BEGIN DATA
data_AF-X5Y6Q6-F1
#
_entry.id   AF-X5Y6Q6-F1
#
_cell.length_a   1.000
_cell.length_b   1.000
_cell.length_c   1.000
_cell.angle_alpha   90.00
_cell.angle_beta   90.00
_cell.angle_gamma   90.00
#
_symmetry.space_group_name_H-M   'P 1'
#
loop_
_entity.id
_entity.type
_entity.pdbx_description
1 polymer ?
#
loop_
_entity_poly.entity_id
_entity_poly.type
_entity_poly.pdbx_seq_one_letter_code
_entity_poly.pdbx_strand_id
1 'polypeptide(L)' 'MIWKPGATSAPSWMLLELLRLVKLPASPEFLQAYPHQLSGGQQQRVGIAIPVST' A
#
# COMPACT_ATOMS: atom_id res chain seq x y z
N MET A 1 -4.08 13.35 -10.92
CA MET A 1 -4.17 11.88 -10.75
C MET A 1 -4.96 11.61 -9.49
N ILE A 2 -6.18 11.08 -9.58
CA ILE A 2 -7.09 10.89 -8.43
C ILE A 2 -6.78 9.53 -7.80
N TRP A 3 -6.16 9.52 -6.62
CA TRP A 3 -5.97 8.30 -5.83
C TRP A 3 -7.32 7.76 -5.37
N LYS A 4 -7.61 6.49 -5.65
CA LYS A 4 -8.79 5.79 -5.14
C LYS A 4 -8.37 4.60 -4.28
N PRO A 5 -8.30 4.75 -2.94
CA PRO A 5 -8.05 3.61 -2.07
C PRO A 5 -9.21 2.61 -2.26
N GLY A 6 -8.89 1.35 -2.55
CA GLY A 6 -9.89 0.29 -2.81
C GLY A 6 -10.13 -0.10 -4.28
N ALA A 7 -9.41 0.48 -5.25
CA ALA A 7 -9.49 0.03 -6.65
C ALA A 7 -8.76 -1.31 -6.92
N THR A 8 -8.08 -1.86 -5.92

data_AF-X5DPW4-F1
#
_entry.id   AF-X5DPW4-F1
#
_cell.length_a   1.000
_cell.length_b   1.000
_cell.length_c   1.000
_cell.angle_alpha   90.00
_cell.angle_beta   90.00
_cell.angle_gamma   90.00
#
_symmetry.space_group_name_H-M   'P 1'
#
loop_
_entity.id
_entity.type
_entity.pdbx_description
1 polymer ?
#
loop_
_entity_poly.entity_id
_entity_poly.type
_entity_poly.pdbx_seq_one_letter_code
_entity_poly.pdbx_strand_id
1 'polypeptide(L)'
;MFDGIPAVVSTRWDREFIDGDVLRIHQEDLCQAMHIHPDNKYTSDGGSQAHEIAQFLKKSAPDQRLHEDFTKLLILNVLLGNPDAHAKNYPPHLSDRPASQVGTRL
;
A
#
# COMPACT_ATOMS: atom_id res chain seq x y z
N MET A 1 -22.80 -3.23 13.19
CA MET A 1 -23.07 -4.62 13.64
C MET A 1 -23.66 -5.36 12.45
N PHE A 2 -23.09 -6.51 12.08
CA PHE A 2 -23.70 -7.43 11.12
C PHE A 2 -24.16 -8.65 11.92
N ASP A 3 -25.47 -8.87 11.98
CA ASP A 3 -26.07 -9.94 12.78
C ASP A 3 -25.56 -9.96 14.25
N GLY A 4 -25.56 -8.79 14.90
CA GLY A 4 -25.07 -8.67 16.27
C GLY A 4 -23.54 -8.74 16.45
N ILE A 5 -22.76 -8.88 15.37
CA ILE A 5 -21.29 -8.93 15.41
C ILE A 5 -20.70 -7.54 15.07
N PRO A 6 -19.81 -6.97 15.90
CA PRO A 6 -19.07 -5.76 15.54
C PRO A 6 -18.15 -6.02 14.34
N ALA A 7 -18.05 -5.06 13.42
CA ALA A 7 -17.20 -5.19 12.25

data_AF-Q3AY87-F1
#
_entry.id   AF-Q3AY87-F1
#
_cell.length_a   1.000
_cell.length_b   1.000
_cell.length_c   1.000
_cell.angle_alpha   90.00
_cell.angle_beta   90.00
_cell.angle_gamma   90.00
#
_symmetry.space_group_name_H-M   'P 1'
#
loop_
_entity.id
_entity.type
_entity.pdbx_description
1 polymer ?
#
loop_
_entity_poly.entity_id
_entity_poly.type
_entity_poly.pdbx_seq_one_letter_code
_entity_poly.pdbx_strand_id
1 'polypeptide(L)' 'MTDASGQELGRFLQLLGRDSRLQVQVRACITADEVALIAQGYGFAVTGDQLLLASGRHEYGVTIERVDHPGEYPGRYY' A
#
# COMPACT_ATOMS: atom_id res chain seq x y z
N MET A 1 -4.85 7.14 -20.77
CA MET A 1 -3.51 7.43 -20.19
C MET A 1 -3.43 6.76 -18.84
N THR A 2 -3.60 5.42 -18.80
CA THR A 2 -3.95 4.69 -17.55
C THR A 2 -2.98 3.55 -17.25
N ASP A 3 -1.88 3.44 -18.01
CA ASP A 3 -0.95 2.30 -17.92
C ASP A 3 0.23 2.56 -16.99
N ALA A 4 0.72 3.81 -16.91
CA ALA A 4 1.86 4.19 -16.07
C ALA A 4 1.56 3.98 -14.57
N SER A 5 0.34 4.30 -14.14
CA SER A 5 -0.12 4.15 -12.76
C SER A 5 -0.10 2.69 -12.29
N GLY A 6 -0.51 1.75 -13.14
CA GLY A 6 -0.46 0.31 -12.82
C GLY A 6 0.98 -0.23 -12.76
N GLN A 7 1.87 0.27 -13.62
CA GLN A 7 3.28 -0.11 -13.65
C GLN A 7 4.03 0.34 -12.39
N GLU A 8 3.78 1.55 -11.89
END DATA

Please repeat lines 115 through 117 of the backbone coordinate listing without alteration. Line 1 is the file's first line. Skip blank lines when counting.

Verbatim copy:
_entity.type
_entity.pdbx_description
1 polymer ?